The Best Sushi In Park Slope And Prospect Heights

This corner of Brooklyn is home to the best sushi in the borough.
The Best Sushi In Park Slope And Prospect Heights image

We don’t know what kind of sushi-stabilizing laws were passed in Park Slope and Prospect Heights, but both of these neighborhoods are easily home to the best sushi in the borough, and much of it is a steal. There are sushi sets that involve supersized nigiri, bento box lunch deals, and an omakase under $60 that rivals options that are double the price.


photo credit: Sushi Lin


Prospect Heights

$$$$Perfect For:Casual Weeknight DinnerDining SoloSerious Take-Out Operation
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This place in Prospect Heights with a shoji screen and a little Bonsai tree looks like hundreds of other neighborhood sushi spots. But that’s where the similarities end. Sushi Lin is serving some of the best sushi in the city—not just for a casual spot, but for any spot. The focus here is on quality fish, and for $33, you get nine pieces of thick-cut nigiri along with soup and a negi toro roll. It’s a deal that should cause lines around the block.

We always recommend Sushi Katsuei to anyone looking for a terrific, creative omakase that they can eat without feeling like Mr. Monopoly. Their omakase options start at $57 for nine pieces and a handroll, often highlighting unusual pieces like firefly squid or ocean trout (along with typical fan favorites like toro and uni). You can also order from their extensive à la carte menu. While the sushi is top-tier, the space is notably nondescript, with low ceilings that make you feel like you’re in someone's basement. If you want more ambience, try the West Village location.

On the sushi date spectrum, Sushi Yashin sits in the center. It feels upscale without being intimidating, featuring both floor-to-ceiling windows and floral wallpaper you’d find in your grandmother’s kitchen. The fish feels luxurious, the temperatures are perfect, and the presentation is on point. Sushi sets start at $29, so come here with someone you’re feeling sorta serious about, but aren’t ready to take to one of those super serious omakase counters where you end up learning more about the fish than each other. With a little sake and jazz playing softly from the speakers, there’ll be just enough romance in the room to make it special.

This Prospect Heights Japanese spot has been around since the ’80s, and it seems like not much has changed since then. You can get a big bowl of udon for $7, one of the walls is covered in decades worth of scribbles and paint, and the sushi chefs look like they’ve been bobbing their heads to R&B slow jams while compiling spicy tuna rolls since the dawn of time. There’s never much of a wait, and it’s always packed, so take a seat at the triangular sushi bar, and enjoy the D’Angelo.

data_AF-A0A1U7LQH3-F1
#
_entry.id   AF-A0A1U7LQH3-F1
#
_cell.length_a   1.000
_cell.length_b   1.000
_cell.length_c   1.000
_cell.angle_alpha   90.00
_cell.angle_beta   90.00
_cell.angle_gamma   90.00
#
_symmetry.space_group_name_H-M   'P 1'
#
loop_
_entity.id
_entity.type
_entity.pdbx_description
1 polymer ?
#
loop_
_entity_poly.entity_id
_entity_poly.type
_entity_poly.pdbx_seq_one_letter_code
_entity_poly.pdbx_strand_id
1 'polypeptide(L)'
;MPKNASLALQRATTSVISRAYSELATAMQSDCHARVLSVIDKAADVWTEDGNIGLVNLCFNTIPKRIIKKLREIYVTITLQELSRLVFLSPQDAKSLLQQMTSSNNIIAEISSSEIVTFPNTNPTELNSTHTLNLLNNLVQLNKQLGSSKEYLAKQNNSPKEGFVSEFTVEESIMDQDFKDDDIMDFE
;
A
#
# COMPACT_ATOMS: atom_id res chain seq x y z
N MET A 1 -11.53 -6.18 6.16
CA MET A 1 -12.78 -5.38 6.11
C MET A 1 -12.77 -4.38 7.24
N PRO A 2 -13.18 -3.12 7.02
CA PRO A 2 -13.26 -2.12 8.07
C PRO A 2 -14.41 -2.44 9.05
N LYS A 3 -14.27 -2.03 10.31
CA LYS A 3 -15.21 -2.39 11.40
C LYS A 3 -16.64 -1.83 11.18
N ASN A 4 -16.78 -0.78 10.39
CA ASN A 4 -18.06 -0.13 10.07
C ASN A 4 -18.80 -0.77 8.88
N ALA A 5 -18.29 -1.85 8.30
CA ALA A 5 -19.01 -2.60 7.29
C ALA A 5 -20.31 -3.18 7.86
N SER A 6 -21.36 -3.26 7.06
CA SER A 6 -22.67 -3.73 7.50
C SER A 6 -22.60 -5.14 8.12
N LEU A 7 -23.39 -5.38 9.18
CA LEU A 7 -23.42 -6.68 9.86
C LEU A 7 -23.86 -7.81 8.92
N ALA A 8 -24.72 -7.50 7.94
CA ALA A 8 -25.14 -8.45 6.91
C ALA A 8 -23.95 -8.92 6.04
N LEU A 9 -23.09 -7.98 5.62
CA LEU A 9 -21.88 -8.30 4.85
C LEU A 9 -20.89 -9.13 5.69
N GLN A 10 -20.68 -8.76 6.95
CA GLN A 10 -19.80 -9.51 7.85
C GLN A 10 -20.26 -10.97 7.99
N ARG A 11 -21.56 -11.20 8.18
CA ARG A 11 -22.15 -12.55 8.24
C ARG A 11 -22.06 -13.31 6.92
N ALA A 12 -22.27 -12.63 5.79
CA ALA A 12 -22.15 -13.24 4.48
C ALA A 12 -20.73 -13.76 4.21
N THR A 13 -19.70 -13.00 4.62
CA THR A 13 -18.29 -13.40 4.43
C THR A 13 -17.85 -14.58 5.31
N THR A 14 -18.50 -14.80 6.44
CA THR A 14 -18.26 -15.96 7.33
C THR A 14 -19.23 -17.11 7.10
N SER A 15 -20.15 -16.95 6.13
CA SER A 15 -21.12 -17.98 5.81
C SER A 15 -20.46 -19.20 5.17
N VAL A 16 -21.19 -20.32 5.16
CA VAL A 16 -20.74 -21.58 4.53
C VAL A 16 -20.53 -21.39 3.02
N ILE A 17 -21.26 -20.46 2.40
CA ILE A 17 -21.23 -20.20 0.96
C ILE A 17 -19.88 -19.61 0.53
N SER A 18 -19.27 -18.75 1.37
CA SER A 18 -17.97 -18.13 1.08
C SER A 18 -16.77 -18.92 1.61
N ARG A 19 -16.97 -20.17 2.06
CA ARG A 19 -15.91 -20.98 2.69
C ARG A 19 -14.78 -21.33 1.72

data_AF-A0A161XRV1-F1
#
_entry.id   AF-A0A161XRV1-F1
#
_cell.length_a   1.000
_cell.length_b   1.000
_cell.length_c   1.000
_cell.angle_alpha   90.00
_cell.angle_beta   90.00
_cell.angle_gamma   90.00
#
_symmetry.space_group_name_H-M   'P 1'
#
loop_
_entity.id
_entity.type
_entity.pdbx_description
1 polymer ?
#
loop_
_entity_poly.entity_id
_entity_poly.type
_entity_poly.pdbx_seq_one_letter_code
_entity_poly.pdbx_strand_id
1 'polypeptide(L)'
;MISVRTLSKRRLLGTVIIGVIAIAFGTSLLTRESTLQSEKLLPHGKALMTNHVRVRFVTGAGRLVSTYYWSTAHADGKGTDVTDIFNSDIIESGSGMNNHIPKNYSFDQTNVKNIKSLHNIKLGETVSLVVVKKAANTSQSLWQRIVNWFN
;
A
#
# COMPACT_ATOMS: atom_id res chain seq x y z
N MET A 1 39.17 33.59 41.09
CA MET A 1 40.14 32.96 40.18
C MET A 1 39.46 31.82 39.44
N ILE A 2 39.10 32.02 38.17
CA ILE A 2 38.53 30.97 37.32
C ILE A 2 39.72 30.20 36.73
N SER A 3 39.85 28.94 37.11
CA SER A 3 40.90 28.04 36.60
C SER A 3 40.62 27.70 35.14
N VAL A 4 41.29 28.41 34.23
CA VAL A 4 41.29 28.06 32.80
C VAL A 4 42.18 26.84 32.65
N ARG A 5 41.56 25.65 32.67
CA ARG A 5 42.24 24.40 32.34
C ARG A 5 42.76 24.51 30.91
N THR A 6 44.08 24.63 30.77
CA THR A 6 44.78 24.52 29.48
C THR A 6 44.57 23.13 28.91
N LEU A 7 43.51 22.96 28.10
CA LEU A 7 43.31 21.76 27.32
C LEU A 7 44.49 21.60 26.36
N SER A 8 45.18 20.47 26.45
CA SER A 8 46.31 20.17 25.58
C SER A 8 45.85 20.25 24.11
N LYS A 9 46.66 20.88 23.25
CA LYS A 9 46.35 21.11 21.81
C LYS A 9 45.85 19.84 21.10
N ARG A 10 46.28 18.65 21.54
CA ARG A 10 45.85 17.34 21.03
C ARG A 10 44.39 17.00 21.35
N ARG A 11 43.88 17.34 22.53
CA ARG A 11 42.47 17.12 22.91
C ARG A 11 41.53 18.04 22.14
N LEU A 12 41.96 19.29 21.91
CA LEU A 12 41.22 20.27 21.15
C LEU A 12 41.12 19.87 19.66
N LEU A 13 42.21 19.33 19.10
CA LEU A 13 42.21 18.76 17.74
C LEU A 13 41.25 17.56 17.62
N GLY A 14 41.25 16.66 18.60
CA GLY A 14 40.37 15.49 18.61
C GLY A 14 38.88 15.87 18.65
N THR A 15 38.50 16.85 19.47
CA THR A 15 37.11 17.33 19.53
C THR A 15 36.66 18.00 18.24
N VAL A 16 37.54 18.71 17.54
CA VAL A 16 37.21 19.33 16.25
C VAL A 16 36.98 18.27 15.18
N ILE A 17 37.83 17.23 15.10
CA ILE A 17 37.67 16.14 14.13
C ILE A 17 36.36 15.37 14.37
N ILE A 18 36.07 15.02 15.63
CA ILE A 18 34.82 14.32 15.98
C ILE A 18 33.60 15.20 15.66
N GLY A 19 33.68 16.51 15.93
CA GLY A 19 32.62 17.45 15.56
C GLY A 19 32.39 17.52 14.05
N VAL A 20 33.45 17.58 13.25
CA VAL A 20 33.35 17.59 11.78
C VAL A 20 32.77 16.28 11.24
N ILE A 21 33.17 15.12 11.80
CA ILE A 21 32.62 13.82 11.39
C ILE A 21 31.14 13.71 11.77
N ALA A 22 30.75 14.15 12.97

Park Slope has plenty of good sushi, but Ki Sushi is the rare spot with first-rate fish and enough space for big groups. Their dining room on Flatbush Ave (they also have one in Boerum Hill) is dark and moody enough for a date, but it also has a long sushi bar and tables for up to 10 people. The sleek metal and stone vases of cherry blossoms make this place feel like a monastery reimagined for people with money, but you can get a sushi set for $31, and portions are generous. Bring a group before a show at Barclays and order a flashy appetizer like the salmon tartare topped with black tobiko and gold flakes.

The fish at Wasan is a cut above the rest, and, considering how big the pieces are, it’s inexplicably well-priced. Our favorite way to eat here is to order one of the $27-$29 sushi or sashimi bento boxes served with rice, a boiled egg, roe, miso eggplant, pickles, shishito peppers, and a salad. You can also order à la carte or go for one of their 30 rolls. The umami futomaki roll makes for an especially indulgent meal of eel, shrimp, egg omelet, and squash rolled up in rice. There isn’t much of a vibe here, so this isn’t the best place to “go out to dinner,” but it’s perfect for when you want a peaceful spot to eat lunch with your AirPods in.

JPan doesn’t look like much, but the reliably fresh fish makes it one of our go-to casual neighborhood sushi spots. Order the sushi and sashimi for one, two, or however many people you have. For $30 per person, you’ll get 10 pieces of quality sashimi, five different types of nigiri, and an eight-piece roll. Save this spot for a weeknight when scarfing down a ton of fish is your only objective. All the ambience in this barebones restaurant comes from the lively crowd going ham on sashimi.

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